Claire Pistono, junior

Photo+by+Turner+DeArmond.

Photo by Turner DeArmond.

Turner DeArmond

Since 1976, a half a century after the Thirteenth Amendment abolished slavery in the United States, every American president has designated the month of February as Black History Month, a celebration and remembrance of the accomplishments and lives of black Americans. This year’s theme is “African Americans and the Vote,” in honor of the Fifteenth Amendment in 1870 and the Nineteenth Amendment in 1920. Although America has long hailed itself to be the land of the free and the home of the brave, it was not until 1865, when the Thirteenth Amendment abolished slavery, that black people in America shared such freedom. Although they were legally free following the volatility of the Civil War, they continued to suffer during the Reconstruction period and the establishment of the Jim Crow South.

While the Civil Rights movement of the 1960s brought with it an increase in the equal protection of rights, activist movements have continued into the present day pushing for an expansion of true equality. It seems, however, we are once again experiencing an upsurge of prejudice in mainstream society. For this reason, it is imperative to have open, honest conversations about race relations in America with today’s youth, bringing attention to the role race plays in life and education.

So, what do you think are the biggest challenges facing us in overcoming racial biases and systematic racism?

“Being able to just accept people as they are — as the person they are, not depending on what their skin color is — and moving away from the old ways of the society and being able to focus on accepting people for who they are.”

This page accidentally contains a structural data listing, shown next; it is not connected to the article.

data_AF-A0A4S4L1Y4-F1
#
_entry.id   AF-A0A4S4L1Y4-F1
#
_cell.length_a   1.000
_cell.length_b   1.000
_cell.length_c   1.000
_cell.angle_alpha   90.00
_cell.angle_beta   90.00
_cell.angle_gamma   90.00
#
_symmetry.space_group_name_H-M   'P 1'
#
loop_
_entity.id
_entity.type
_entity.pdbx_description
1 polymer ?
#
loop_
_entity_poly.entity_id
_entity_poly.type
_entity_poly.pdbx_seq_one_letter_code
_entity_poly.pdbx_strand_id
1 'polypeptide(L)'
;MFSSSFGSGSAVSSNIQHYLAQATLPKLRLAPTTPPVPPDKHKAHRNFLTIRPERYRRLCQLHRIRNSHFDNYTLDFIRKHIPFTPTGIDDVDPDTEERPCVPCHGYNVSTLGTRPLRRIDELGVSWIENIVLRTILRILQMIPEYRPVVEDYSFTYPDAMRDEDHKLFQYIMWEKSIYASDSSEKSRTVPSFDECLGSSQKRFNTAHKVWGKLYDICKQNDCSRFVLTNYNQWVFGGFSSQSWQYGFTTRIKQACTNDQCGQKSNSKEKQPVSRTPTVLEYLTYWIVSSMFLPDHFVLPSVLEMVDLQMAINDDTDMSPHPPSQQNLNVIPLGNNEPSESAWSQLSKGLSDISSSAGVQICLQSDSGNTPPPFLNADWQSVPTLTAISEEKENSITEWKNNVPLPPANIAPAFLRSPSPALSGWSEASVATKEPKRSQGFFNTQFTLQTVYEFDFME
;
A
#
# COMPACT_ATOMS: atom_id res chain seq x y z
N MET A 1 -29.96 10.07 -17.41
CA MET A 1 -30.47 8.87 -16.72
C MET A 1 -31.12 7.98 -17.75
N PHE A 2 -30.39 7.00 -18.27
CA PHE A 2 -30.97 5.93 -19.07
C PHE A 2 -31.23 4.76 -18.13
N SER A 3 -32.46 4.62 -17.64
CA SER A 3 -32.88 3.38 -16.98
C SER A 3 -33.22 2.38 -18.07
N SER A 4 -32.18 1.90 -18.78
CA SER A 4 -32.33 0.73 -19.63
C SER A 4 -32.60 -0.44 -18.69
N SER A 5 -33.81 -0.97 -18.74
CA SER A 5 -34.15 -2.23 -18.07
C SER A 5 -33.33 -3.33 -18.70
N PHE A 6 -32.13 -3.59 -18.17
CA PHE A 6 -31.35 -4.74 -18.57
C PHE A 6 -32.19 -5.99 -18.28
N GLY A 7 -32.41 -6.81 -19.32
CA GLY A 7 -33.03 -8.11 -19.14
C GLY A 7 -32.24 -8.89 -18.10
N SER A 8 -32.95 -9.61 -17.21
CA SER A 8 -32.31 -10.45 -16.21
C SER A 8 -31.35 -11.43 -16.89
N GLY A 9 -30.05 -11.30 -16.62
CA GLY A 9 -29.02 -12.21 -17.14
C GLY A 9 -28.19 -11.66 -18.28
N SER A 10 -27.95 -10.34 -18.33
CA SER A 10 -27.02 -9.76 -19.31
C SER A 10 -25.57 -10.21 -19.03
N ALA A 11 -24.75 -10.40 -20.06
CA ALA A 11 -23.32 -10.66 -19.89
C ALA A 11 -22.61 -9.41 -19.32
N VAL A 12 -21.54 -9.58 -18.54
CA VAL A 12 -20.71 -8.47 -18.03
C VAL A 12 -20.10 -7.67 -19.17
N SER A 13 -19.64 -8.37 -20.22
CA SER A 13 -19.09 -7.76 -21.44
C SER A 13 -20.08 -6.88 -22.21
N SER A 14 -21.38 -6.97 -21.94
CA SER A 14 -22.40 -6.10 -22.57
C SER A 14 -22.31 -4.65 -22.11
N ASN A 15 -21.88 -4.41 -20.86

What is the role of education in eliminating racism, and what do you think schools could be doing to improve this?

“A lot of it has to do with, I feel, teaching black history in history classes and how it’s taught based on how well-informed [teachers] are instead of focusing on white culture and [white] history. Also, making sure to make it just as important to include black history [in the curriculum].”

Do you feel African American and black history receives fair and equal representation in the classroom? Why or why not?

“I think [teachers] do a lot better now than they did than when our parents were in school because, recently, there’s been a lot more focus on slavery and the struggles that black people have gone through throughout history to make changes in society and in our government.”

What do you think should change about RBHS, specifically, in that regard?

I think that, all-in-all, RBHS does a pretty good job of being sure to include all different types of history, specifically black history — especially with the Black History Month and doing those announcements to educate people in the mornings.”

When in your life have you experienced racism? What form did this take, and how did you respond?

“In kindergarten through eighth grade I went to a private school, which are predominantly white, so I was surrounded by white people, and I just felt like an outcast because I was a little darker and had different hair and features than most white people do. So, I wouldn’t say it was racism in terms of being put down and bullying, but more in terms of feeling like an outsider.”

How have race relations in America affected you and your family now and in the past?

“The past, I know my mom’s side of the family talks about a lot because my father is black and my mother is white, so we’re a mixed family — and my mother’s sister is also mixed — so whenever my grandmother had her, she had to give her up for adoption because, at the time, having a mixed baby or a mixed relationship wasn’t ‘good’ and was looked down upon. So, [they had to] adjust their lives because my grandmother was black and my aunt’s father was white, and she was raised in an adoptive family.”

How do implicit and explicit bias and stereotypes impact your sense of self and life in general?

“Growing up, it was just hard to figure out — because I’m both black and white — what I should do to ‘fit in’ when I’m around black people or white people to feel more one race or the other even though I can’t do that because I’m both. It’s just affected me in terms of how I view myself when I’m around different races and then being more comfortable and accepting myself as I am around both [races].”

Have you ever experienced discrimination based upon your race? Let us know in the comments below.